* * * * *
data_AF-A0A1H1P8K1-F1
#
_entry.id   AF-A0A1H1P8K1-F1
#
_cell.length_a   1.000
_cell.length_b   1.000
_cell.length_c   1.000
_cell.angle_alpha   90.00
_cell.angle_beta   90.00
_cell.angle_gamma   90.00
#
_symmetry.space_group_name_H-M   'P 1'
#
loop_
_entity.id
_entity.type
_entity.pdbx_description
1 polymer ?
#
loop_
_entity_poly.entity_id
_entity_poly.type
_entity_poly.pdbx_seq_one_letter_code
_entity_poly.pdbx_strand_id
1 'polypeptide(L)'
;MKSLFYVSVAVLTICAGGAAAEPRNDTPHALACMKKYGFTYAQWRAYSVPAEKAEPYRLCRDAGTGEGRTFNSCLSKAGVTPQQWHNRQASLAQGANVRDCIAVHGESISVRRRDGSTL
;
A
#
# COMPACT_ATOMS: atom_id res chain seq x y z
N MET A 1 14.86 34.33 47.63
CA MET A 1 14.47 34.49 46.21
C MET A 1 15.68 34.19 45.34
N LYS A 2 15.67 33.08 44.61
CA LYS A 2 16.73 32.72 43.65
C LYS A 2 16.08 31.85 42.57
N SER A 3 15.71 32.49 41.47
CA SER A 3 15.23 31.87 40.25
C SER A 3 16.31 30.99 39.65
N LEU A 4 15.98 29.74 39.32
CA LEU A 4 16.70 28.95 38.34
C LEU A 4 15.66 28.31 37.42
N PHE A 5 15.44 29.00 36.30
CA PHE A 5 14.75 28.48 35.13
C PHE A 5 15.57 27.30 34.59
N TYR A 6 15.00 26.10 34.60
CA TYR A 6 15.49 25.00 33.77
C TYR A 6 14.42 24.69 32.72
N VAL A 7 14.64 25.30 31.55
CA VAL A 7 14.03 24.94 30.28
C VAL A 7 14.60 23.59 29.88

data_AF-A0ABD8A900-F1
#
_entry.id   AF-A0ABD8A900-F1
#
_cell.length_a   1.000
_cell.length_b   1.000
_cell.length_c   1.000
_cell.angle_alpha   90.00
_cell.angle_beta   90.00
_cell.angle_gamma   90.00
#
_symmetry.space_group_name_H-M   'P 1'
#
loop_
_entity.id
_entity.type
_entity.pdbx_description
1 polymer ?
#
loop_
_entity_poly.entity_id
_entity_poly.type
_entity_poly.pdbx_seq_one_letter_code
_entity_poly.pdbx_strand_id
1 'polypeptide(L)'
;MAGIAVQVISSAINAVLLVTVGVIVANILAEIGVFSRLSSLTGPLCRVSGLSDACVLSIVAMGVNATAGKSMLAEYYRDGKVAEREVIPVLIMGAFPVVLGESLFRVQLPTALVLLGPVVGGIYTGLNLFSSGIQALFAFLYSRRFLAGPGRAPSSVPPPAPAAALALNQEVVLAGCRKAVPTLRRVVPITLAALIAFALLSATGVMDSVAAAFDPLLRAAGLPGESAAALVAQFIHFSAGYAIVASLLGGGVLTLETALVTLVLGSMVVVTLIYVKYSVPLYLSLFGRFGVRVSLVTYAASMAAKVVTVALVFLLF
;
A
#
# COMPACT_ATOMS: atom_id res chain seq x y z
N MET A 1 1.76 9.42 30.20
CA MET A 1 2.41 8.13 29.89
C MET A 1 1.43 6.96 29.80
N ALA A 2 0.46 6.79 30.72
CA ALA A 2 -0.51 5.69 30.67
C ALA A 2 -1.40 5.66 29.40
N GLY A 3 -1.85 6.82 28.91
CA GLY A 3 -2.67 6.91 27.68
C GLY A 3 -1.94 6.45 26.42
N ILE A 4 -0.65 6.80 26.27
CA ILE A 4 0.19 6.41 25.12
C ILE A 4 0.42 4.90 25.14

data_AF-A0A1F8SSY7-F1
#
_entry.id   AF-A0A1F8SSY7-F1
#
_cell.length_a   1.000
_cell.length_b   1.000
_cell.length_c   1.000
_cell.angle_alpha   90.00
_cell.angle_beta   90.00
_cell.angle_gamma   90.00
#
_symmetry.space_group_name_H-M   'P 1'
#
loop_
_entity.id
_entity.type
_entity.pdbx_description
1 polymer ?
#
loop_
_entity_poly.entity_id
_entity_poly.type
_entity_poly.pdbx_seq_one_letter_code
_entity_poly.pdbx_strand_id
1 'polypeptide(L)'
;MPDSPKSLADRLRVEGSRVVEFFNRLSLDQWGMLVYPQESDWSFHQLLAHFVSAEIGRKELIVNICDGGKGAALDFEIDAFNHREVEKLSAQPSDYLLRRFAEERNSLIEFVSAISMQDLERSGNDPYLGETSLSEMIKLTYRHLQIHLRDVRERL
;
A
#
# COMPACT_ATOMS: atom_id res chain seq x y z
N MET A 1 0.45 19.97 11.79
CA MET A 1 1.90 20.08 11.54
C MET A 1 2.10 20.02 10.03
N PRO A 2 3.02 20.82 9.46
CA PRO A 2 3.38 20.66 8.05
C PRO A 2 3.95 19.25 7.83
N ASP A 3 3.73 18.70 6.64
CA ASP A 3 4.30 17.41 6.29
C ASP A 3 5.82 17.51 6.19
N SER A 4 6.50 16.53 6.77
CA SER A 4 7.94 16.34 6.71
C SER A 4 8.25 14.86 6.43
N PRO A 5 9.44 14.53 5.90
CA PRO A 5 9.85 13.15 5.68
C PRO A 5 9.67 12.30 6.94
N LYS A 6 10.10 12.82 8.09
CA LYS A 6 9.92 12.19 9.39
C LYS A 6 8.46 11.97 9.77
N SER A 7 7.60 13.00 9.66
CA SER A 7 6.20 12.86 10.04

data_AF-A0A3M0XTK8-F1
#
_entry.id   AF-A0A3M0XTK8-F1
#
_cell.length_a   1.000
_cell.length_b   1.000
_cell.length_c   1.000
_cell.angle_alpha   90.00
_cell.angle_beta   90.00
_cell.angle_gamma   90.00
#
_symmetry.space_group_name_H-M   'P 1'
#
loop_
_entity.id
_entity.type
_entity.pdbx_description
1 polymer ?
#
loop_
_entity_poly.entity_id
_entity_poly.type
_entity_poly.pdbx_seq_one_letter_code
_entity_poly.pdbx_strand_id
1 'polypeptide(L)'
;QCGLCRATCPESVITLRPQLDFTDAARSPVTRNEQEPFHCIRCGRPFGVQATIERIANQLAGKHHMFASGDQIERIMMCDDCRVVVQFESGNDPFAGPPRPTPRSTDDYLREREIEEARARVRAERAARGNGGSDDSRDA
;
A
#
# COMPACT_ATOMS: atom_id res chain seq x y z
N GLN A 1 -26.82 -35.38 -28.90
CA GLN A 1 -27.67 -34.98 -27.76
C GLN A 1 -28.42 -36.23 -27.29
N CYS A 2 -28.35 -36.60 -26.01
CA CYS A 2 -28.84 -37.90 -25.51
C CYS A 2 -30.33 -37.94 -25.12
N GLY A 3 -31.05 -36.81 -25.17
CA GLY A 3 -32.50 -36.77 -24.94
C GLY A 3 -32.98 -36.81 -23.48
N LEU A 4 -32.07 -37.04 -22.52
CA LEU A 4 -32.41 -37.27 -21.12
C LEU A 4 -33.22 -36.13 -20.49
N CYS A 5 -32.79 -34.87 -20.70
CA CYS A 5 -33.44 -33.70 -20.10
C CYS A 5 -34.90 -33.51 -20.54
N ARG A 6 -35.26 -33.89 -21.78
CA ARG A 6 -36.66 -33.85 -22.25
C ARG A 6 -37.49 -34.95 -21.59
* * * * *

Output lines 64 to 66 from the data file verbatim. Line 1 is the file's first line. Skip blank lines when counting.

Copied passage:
#
loop_
_entity.id